A Manual of Immunity

1913 Journal of the American Medical Association (JAMA)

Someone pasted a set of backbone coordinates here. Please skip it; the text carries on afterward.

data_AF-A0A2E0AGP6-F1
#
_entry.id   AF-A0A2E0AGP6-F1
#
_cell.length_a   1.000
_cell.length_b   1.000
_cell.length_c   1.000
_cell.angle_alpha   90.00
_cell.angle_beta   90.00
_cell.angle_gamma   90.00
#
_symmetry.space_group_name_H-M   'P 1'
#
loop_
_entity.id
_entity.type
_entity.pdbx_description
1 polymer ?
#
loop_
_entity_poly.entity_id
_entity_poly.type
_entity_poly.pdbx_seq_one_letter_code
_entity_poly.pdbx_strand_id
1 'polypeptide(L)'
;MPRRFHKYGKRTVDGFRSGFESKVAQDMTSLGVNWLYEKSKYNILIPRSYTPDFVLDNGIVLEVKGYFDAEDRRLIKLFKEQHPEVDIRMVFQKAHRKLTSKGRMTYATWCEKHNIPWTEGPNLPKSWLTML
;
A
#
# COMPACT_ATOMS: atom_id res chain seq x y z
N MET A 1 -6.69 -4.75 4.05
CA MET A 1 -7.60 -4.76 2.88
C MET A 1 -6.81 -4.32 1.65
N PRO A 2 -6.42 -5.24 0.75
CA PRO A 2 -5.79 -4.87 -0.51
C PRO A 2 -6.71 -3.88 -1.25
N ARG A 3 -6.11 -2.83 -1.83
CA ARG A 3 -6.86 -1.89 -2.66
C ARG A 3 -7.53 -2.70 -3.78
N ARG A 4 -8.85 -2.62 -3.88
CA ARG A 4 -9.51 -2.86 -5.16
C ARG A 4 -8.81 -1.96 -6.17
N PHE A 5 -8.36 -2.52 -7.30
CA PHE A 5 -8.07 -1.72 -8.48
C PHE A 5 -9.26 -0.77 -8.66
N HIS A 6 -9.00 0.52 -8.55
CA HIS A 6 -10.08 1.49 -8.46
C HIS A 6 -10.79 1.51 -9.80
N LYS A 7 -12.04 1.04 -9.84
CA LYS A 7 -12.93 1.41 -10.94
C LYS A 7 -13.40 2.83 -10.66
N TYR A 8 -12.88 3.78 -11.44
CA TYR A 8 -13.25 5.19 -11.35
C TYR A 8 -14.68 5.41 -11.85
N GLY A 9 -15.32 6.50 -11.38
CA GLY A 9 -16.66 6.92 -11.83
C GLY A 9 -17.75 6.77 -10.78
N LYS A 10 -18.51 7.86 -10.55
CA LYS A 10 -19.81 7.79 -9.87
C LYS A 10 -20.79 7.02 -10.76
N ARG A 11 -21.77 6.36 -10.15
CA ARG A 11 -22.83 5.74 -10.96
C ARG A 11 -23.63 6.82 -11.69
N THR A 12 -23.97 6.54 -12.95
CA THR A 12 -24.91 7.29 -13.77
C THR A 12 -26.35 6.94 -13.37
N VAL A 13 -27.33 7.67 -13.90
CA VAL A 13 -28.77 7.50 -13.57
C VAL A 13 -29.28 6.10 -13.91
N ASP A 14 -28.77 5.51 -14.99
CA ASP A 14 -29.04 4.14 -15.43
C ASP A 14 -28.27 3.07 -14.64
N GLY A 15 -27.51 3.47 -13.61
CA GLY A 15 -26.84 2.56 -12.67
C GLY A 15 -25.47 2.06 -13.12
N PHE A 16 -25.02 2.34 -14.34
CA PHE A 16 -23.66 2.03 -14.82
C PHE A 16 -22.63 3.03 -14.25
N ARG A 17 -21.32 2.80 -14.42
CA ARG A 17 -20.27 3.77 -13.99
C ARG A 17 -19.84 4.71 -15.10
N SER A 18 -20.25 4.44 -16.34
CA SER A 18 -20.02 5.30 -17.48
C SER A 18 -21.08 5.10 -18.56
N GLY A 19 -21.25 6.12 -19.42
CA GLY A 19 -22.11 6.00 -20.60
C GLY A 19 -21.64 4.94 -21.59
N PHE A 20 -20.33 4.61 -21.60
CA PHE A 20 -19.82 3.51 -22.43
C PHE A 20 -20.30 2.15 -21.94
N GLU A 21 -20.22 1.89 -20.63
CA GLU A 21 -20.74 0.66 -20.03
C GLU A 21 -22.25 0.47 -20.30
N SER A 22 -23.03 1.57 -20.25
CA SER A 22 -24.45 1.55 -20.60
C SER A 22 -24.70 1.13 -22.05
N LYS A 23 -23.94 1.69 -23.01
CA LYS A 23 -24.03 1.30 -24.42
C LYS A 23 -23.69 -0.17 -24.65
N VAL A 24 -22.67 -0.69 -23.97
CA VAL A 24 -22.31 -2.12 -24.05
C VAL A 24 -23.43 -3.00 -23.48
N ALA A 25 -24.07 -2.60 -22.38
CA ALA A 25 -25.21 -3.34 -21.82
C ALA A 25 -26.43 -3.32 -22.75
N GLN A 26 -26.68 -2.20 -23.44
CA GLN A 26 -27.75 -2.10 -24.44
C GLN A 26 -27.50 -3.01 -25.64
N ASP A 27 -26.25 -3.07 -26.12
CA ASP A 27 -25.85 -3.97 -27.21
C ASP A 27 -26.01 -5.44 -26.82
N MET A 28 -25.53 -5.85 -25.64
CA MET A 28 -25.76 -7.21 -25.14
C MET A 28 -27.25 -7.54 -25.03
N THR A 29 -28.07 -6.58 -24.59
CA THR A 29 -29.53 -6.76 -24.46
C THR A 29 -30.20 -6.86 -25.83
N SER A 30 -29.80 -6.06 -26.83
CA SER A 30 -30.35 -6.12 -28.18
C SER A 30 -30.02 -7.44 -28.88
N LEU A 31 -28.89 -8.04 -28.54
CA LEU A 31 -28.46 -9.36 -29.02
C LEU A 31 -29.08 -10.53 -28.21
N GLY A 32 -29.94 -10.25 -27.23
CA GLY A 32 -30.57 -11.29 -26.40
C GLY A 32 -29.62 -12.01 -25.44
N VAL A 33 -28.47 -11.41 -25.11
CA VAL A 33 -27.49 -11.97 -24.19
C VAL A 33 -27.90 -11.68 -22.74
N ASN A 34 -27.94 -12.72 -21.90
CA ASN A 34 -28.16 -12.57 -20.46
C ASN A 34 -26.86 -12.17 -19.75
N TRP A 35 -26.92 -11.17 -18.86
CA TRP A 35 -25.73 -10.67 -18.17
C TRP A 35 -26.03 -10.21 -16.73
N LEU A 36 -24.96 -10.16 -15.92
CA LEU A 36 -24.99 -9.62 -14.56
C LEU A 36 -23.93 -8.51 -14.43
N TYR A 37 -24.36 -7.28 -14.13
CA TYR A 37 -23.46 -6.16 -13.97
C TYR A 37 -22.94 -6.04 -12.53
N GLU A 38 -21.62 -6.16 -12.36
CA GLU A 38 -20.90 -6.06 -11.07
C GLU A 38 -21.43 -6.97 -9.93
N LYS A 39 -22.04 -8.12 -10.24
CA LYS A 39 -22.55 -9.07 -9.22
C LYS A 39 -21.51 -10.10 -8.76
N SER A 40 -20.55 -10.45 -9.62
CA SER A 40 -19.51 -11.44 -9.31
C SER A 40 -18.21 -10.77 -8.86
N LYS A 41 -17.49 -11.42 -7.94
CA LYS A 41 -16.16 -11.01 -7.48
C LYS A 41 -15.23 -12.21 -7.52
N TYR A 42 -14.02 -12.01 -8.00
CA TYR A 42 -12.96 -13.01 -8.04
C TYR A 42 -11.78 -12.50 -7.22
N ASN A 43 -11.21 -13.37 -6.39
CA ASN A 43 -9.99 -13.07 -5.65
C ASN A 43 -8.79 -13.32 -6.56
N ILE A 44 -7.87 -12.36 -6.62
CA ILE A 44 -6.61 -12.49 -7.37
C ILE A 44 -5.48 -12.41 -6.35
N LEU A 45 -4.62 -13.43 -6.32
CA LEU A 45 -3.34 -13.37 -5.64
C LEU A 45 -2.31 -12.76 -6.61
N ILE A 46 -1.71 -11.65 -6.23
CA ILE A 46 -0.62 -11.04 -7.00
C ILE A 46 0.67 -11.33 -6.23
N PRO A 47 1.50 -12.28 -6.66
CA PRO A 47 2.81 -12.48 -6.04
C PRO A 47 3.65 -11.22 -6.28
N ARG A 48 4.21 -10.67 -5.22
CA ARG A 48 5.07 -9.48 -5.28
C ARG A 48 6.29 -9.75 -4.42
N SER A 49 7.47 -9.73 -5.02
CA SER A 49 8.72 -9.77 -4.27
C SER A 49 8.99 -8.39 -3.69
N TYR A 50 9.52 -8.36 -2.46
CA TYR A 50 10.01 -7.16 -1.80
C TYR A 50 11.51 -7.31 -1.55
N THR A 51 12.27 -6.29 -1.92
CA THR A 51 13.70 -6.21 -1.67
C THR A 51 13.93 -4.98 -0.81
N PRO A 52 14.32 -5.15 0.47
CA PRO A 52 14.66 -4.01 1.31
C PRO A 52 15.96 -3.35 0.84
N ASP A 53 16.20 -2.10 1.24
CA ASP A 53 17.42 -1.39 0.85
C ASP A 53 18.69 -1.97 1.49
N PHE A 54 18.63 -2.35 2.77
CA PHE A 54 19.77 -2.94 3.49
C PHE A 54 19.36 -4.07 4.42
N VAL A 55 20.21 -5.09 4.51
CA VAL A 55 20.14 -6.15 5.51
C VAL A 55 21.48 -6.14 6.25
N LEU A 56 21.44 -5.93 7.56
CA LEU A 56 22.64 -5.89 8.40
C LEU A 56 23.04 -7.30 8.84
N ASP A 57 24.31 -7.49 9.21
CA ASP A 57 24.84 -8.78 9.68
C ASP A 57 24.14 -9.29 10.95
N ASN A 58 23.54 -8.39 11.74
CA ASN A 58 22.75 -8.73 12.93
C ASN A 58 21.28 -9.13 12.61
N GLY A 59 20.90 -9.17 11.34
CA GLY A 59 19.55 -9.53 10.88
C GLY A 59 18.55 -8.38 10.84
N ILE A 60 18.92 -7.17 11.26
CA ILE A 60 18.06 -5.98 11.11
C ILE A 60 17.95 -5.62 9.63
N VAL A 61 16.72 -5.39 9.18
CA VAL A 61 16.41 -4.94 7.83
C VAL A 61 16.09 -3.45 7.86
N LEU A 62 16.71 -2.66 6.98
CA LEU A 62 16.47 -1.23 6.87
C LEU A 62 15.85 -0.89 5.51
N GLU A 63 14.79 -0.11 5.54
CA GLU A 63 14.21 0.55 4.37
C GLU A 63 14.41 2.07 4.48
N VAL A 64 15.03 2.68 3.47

In preparing a new edition of this work, well known to the specialist in America, the author adheres to his original purpose of offering to the practitioner and student a text essentially practical. Hence the clinical and practical characters of the book have been retained, as having proved in previous editions useful toward securing the object aimed at. Thus the various divisions of the subject have been arranged in a natural order, from a clinical point of view, first dealing with the